InterviewThe LinkedIn Whisperer: Finding your dream job
The LinkedIn Whisperer: Finding your dream job
How do you get from a low point in your career to a situation where suitors are seeking to hire you? Morad Stern, author of the book “Tiebreaker: The Power of Networking, Communities, and Personal Branding", shares how he climbed from being in an employment crisis to where job offers started flowing to him
About a decade ago, when he was 29 years old, Morad Stern, author of the book “Tiebreaker: The Power of Networking, Communities, and Personal Branding”, felt that he was in a professional emergency. He decided to leave his workplace and find a new job but quickly found out that it was a very difficult task and especially doing it alone, without connections - but he had no one to turn to. After finding a job, which was also not the career of his dreams, he decided to devote time beyond his normal working hours to perfect and develop a network of personal and professional contacts - so that the next time he needed, he would have someone to turn to.
"I got on my mobile phone and went through all my contacts and there was no one I felt comfortable contacting whom I had helped in the past. I felt the pain of being alone and when you feel that pain you realize you need a safety net," he says.
He started a professional blog on a topic that excited him and started creating content. "I started playing around and creating. I wrote a blog in the field of UI and then an offer came to be a volunteer public relations person for an organization of usability experts (UI). I went for it, and suddenly when I took on something new that I didn't know, that was beyond my usual abilities - it opened new worlds for me. As a result of my role as a public relations person, I came into contact with journalists. This led to me building together with the technology editor at Ynet at the time, Niv Lilien, a weekly network review section, in which we examined how easy websites were to use. I learned so much from it and became a focal point. People contacted me because they wanted exposure in the section," he says.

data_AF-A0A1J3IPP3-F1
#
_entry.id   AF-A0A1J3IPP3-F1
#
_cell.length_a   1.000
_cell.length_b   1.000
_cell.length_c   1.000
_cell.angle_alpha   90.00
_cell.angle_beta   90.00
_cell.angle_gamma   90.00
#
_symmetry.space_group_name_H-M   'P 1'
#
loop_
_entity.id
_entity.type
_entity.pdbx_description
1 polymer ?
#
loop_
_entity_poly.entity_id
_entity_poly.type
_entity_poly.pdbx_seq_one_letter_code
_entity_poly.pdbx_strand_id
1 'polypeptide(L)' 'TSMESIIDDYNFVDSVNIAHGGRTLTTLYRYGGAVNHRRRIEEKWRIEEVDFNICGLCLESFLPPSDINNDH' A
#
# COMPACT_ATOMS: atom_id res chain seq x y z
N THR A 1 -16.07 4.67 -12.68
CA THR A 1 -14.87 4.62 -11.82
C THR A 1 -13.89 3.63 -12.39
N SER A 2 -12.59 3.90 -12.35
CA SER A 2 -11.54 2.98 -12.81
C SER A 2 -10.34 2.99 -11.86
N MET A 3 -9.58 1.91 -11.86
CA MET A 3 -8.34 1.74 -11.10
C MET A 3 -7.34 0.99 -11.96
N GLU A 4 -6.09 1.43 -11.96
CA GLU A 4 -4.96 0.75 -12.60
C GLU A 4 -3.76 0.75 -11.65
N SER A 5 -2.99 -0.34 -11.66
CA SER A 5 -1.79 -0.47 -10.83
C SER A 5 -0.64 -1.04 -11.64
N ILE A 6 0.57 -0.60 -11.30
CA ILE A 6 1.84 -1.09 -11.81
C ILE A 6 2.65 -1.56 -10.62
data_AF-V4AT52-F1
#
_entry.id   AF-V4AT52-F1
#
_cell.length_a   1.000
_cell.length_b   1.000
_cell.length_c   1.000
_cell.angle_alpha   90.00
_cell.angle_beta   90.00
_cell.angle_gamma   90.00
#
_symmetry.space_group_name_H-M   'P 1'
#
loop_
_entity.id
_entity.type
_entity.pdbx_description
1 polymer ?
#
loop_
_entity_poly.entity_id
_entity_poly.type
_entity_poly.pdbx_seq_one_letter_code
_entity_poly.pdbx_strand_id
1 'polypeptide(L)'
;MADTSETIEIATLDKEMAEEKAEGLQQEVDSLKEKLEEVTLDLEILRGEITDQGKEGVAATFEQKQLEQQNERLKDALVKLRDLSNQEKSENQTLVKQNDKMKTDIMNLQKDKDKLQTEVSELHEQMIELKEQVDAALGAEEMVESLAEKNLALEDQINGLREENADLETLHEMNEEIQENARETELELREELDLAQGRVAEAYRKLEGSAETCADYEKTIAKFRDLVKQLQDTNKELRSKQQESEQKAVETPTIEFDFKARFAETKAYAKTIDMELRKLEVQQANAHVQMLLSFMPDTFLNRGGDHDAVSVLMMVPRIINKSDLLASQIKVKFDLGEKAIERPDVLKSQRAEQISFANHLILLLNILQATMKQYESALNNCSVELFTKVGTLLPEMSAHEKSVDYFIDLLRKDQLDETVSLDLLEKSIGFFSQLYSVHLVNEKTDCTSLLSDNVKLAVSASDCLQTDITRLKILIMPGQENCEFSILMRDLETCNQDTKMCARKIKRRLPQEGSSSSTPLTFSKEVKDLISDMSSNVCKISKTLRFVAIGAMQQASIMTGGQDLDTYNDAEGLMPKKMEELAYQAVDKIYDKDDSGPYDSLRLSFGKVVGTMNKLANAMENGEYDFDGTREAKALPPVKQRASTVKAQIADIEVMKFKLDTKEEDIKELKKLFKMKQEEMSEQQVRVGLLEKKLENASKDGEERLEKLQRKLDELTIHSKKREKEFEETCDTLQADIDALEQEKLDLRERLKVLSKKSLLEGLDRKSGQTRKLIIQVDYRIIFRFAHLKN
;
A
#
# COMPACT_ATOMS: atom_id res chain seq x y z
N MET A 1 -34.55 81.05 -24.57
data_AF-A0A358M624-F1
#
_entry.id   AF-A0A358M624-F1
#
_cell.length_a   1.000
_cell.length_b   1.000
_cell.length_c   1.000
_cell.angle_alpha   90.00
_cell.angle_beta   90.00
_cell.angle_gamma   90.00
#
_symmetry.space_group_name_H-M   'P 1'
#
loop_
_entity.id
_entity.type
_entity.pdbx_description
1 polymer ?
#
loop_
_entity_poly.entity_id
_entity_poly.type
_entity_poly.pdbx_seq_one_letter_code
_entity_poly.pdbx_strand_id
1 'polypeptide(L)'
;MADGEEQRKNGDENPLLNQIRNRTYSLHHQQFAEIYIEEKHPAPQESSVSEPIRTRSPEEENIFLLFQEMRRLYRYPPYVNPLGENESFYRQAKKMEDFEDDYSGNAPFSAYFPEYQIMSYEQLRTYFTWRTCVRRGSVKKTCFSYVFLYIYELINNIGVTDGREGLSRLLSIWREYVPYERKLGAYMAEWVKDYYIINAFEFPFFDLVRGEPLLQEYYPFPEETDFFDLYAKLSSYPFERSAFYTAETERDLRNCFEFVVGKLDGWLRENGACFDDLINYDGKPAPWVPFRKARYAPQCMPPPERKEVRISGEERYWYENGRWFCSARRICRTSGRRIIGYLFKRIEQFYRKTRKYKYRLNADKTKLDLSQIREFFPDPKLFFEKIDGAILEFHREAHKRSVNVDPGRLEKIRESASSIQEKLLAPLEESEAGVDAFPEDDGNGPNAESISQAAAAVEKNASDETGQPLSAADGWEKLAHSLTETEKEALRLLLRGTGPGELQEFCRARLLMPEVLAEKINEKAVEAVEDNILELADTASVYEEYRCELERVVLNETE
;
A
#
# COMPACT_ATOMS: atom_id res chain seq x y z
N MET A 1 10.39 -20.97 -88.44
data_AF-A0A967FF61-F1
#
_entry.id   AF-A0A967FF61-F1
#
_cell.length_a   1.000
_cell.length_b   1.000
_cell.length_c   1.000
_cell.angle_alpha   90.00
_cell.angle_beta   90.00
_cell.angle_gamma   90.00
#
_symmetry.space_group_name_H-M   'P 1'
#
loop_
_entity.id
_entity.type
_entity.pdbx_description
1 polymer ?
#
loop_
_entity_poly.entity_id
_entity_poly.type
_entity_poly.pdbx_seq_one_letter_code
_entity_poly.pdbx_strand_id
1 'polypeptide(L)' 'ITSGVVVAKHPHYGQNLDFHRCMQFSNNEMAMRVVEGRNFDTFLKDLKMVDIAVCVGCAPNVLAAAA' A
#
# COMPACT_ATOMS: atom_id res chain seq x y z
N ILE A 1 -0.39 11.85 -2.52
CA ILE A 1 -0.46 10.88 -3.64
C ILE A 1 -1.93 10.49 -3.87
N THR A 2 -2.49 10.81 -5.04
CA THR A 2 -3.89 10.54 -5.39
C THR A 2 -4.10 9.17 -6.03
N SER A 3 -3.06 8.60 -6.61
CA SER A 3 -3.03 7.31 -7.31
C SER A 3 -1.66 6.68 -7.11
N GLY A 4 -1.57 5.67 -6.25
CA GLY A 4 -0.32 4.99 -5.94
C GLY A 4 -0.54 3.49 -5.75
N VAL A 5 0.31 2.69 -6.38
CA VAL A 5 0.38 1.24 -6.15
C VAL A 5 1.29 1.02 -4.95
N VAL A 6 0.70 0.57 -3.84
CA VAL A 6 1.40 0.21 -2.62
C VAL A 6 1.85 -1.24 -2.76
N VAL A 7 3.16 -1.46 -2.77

The closing of the circle from that 'emergency situation' in his career came for him with the publication of the book he wrote. From that low point a decade ago he was able to get 20% of his book funded within 24 hours thanks to the communities and connections he built along the way. "I published the book with crowdfunding and reached a point where I once again needed help - but this time there were many people behind me. I saw that I could really stand behind what I wrote."
Stern writes about the power of communities, networks of connections and personal branding as a tool for professional advancement, but these tools cannot be built or developed during a professional emergency - during a layoff or when you want to leave a job. "There is a book I recommend on the subject of networking whose name in English, loosely translated is that you should 'dig the well before you're thirsty'. You have to prepare because there are always ups and downs and it has to be from a calm place. When you are in an emergency and you have to find a job to support a family it is not the time to build a community because you are in a very consumed place. In building a community you have to give a lot and when the moment comes when you have to come and ask for something, if you haven't contributed, you haven't done anything - it's not the right time."
Today it is already clear that personal branding or building communities and of course networking professional connections can make a difference and open up employment opportunities, but to what extent can personal branding or community building done with the aim of advancing one's career really work? You often see such personal branding efforts on social media that simply look inauthentic or too 'effortful'. Stern recommends creating communities and it is a tool that has become more and more popular in recent years both among individuals and organizations, but in many cases it seems that the community was created for the purposes of personal or business promotion, which causes people to treat it with suspicion.
"I think that if you put personal branding as a goal in itself, you are already missing the target," says Stern. “The more correct starting point for such a process is the thought that you want to do something significant in life, to reach places that have influence and to get there you need to acquire a lot of knowledge and skills so that people can really testify that you have this knowledge and these skills. It's a long-term race. When people start it only with the goal of personal branding, they can fall very quickly because it's very difficult to measure when you become an 'opinion leader'. When you come from the right place, when you want to be a part of something, to have a real impact, then it requires a lot of internal self-work. In the end, the actions you take will manifest in a more correct personal branding and you can even convert them into money - but that's in the long run. If you're just making noise but you don't have the real knowledge and value that you can bring to the industry - it won't work.”
In the era of network influencers, and personal branding experts, if the basis is knowledge it is difficult to know where the line between an influencer and an expert is. Is someone who has 40,000 followers on Twitter and writes on a certain subject an expert on the subject?